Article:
Fair or not, people judge our organizations by the actions of our employees. Think about the how much time and money it will take to counter these images.
The lack of a crowd of onlookers tells you something about living there. No, I am not hating on NYC. I grew up there. I am surprised at how seriously the NYC PD takes credit card fraud.
When the Great Recession hit in late 2008, Honeywell, like all diversified manufacturers, experienced a drop off in new orders. Company executives would have to make a choice of whether and how to cut their workforce costs—either through mass layoffs or furloughs.
The Great Recession generated a sense of urgency in most corporations and governments. The decisions and lessons learned at Honeywell may come in handy for you as the economy teeters between recovery and recession.
It is better not to try to make critical decisions on a burning platform unless you have no other choice. CEO Dave Cote made an interesting decision, unusual in the US. Would it be right for you?
Why should you care? Now, that we all know it can happen here is a good time to start discussing how to lead and manage our firms.
Learn more about what Honeywell did in this article and collection of videos. Start a discussion at your firm to start preparing for the next crisis. You do not have to be a Harvard MBA student to benefit.
The business case is available here:
Which of two customer loyalty strategies delivered greater ROI? Is it a customer service experience, or is it technology that integrates ease, simplicity and speed into the product? My answer to this is simple: Both!
Fair or not, customers expect to have it all. If they do not feel cared about and cared for, they will be lured away by your competition. Yes, the lack of customer loyalty astonishes you, but that is probably how you acquired that customer in the first place.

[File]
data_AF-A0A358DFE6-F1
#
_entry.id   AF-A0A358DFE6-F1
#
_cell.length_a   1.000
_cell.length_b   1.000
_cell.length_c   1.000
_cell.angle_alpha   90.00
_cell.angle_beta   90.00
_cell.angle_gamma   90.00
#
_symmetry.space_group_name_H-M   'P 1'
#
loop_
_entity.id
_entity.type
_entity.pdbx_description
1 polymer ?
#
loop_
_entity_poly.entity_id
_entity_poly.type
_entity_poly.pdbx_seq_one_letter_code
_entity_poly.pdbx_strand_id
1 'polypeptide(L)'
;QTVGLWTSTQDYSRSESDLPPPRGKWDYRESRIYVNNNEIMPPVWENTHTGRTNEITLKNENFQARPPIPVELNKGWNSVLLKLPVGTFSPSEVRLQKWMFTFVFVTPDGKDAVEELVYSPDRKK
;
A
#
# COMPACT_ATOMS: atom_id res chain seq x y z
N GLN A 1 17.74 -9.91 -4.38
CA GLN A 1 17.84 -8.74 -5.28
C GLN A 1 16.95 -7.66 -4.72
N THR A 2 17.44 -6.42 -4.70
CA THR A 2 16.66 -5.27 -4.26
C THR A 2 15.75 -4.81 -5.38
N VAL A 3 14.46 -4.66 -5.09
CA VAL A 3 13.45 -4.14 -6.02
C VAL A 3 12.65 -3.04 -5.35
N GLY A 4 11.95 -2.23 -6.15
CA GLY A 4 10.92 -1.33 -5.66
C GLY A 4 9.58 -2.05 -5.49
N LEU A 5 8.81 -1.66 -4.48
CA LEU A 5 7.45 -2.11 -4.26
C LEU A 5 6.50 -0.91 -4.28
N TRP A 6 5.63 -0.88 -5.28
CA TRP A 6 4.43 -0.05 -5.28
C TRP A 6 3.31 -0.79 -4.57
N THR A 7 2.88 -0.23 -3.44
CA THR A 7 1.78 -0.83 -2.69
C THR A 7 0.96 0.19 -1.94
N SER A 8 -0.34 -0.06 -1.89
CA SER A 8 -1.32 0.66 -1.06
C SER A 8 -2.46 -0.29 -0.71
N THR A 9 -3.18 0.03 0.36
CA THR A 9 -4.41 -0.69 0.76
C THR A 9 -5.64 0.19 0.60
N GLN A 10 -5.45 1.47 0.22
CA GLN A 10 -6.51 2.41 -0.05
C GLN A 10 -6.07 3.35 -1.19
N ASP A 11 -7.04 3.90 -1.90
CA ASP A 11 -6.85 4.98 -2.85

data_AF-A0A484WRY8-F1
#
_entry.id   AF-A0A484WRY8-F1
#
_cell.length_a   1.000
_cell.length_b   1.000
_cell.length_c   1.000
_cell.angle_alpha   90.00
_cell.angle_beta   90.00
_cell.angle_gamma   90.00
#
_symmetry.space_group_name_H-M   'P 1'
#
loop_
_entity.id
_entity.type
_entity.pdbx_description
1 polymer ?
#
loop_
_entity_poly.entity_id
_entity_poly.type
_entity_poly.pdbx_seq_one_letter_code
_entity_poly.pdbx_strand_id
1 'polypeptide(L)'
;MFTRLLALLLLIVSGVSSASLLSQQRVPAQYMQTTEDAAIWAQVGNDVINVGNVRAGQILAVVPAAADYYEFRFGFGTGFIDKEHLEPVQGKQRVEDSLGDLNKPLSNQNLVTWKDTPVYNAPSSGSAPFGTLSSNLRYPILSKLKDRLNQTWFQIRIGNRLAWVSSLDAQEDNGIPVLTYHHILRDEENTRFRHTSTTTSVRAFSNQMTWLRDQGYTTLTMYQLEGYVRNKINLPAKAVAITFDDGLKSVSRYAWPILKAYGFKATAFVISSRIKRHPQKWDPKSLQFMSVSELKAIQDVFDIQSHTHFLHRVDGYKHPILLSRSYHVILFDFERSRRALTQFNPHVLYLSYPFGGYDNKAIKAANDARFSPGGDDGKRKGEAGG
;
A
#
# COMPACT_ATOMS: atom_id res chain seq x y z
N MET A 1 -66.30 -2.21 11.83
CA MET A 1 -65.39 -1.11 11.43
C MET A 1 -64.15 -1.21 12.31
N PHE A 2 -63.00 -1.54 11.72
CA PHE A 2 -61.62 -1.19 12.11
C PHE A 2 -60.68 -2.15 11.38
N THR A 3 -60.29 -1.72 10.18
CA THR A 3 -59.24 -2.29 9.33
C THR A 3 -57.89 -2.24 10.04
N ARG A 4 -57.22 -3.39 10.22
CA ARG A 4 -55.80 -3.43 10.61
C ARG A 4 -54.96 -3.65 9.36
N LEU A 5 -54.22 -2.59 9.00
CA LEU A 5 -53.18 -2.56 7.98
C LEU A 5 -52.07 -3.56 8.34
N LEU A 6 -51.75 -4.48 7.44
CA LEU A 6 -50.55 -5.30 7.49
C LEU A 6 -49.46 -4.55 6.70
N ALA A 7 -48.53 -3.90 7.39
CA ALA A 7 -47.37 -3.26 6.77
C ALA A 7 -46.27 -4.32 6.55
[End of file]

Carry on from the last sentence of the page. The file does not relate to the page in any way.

Today, customers talk to each other about you. They are learning to play the game too. They can have it all, or believe they can, by switching to another company that offers a similar product or service.
The game has changed. It always does! Human beliefs and expectations may be one of the few things that can outrace technology. It is a human thing. If you still offer only two of the three choices, you obviously do not understand people.
Thinking like an owner is great advice if you work in a company like the one in this article. There was a cultural expectation. People accepted the added responsibility and empowered themselves to do more than just their job. That was how they did things around there.
Is this the environment where you work? If not, proceed with caution. Many companies are full of employees who only want to do their job. Company culture can be a tough hurdle to jump.